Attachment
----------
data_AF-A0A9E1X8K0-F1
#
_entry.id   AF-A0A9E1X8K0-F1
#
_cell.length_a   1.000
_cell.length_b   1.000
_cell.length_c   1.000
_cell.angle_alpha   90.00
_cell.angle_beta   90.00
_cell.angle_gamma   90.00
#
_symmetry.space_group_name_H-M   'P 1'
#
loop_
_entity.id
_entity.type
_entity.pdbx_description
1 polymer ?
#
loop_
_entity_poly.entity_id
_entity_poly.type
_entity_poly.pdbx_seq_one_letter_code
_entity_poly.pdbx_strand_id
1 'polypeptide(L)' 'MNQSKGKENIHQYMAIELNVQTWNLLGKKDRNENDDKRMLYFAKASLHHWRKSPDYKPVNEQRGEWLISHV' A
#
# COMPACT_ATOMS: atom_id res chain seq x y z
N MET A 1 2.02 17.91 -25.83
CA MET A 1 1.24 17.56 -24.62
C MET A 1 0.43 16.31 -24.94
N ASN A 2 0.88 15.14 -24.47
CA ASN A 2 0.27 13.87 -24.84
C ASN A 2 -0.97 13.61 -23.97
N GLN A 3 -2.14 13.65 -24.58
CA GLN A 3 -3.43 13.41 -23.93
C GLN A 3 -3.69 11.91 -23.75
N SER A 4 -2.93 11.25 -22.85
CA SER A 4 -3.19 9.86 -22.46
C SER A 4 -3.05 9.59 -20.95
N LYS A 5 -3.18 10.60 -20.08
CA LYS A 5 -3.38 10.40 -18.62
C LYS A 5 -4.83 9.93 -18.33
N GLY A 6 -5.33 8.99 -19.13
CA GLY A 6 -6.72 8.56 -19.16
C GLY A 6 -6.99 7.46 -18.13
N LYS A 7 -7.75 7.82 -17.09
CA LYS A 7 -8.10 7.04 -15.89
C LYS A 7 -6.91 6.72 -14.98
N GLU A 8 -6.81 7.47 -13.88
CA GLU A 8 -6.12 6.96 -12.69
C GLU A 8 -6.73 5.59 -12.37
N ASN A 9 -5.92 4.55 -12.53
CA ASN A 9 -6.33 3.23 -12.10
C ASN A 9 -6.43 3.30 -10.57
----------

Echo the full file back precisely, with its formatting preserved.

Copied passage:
data_AF-A0A9E1X8K0-F1
#
_entry.id   AF-A0A9E1X8K0-F1
#
_cell.length_a   1.000
_cell.length_b   1.000
_cell.length_c   1.000
_cell.angle_alpha   90.00
_cell.angle_beta   90.00
_cell.angle_gamma   90.00
#
_symmetry.space_group_name_H-M   'P 1'
#
loop_
_entity.id
_entity.type
_entity.pdbx_description
1 polymer ?
#
loop_
_entity_poly.entity_id
_entity_poly.type
_entity_poly.pdbx_seq_one_letter_code
_entity_poly.pdbx_strand_id
1 'polypeptide(L)' 'MNQSKGKENIHQYMAIELNVQTWNLLGKKDRNENDDKRMLYFAKASLHHWRKSPDYKPVNEQRGEWLISHV' A
#
# COMPACT_ATOMS: atom_id res chain seq x y z
N MET A 1 2.02 17.91 -25.83
CA MET A 1 1.24 17.56 -24.62
C MET A 1 0.43 16.31 -24.94
N ASN A 2 0.88 15.14 -24.47
CA ASN A 2 0.27 13.87 -24.84
C ASN A 2 -0.97 13.61 -23.97
N GLN A 3 -2.14 13.65 -24.58
CA GLN A 3 -3.43 13.41 -23.93
C GLN A 3 -3.69 11.91 -23.75
N SER A 4 -2.93 11.25 -22.85
CA SER A 4 -3.19 9.86 -22.46
C SER A 4 -3.05 9.59 -20.95
N LYS A 5 -3.18 10.60 -20.08
CA LYS A 5 -3.38 10.40 -18.62
C LYS A 5 -4.83 9.93 -18.33
N GLY A 6 -5.33 8.99 -19.13
CA GLY A 6 -6.72 8.56 -19.16
C GLY A 6 -6.99 7.46 -18.13
N LYS A 7 -7.75 7.82 -17.09
CA LYS A 7 -8.10 7.04 -15.89
C LYS A 7 -6.91 6.72 -14.98
N GLU A 8 -6.81 7.47 -13.88
CA GLU A 8 -6.12 6.96 -12.69
C GLU A 8 -6.73 5.59 -12.37
N ASN A 9 -5.92 4.55 -12.53
CA ASN A 9 -6.33 3.23 -12.10
C ASN A 9 -6.43 3.30 -10.57